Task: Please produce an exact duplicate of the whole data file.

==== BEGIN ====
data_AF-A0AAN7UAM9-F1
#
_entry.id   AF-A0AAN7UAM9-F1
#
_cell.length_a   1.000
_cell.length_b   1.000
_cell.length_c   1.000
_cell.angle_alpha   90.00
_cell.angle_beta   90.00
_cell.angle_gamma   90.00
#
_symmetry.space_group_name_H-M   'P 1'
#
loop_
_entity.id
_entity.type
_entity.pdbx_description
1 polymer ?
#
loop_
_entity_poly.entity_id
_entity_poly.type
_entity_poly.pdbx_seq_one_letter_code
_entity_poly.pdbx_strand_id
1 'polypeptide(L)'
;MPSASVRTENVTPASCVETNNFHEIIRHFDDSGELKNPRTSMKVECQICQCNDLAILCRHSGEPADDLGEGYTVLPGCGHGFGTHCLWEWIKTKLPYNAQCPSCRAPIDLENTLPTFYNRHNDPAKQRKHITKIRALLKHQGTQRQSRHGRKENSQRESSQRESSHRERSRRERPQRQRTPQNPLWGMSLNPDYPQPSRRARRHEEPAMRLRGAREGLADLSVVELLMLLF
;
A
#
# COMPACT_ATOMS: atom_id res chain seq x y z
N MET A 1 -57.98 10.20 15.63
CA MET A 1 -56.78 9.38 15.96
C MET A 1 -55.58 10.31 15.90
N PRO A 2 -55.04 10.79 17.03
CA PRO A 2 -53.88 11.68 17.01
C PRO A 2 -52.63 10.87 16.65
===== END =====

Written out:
data_AF-A0AAN7UAM9-F1
#
_entry.id   AF-A0AAN7UAM9-F1
#
_cell.length_a   1.000
_cell.length_b   1.000
_cell.length_c   1.000
_cell.angle_alpha   90.00
_cell.angle_beta   90.00
_cell.angle_gamma   90.00
#
_symmetry.space_group_name_H-M   'P 1'
#
loop_
_entity.id
_entity.type
_entity.pdbx_description
1 polymer ?
#
loop_
_entity_poly.entity_id
_entity_poly.type
_entity_poly.pdbx_seq_one_letter_code
_entity_poly.pdbx_strand_id
1 'polypeptide(L)'
;MPSASVRTENVTPASCVETNNFHEIIRHFDDSGELKNPRTSMKVECQICQCNDLAILCRHSGEPADDLGEGYTVLPGCGHGFGTHCLWEWIKTKLPYNAQCPSCRAPIDLENTLPTFYNRHNDPAKQRKHITKIRALLKHQGTQRQSRHGRKENSQRESSQRESSHRERSRRERPQRQRTPQNPLWGMSLNPDYPQPSRRARRHEEPAMRLRGAREGLADLSVVELLMLLF
;
A
#
# COMPACT_ATOMS: atom_id res chain seq x y z
N MET A 1 -57.98 10.20 15.63
CA MET A 1 -56.78 9.38 15.96
C MET A 1 -55.58 10.31 15.90
N PRO A 2 -55.04 10.79 17.03
CA PRO A 2 -53.88 11.68 17.01
C PRO A 2 -52.63 10.87 16.65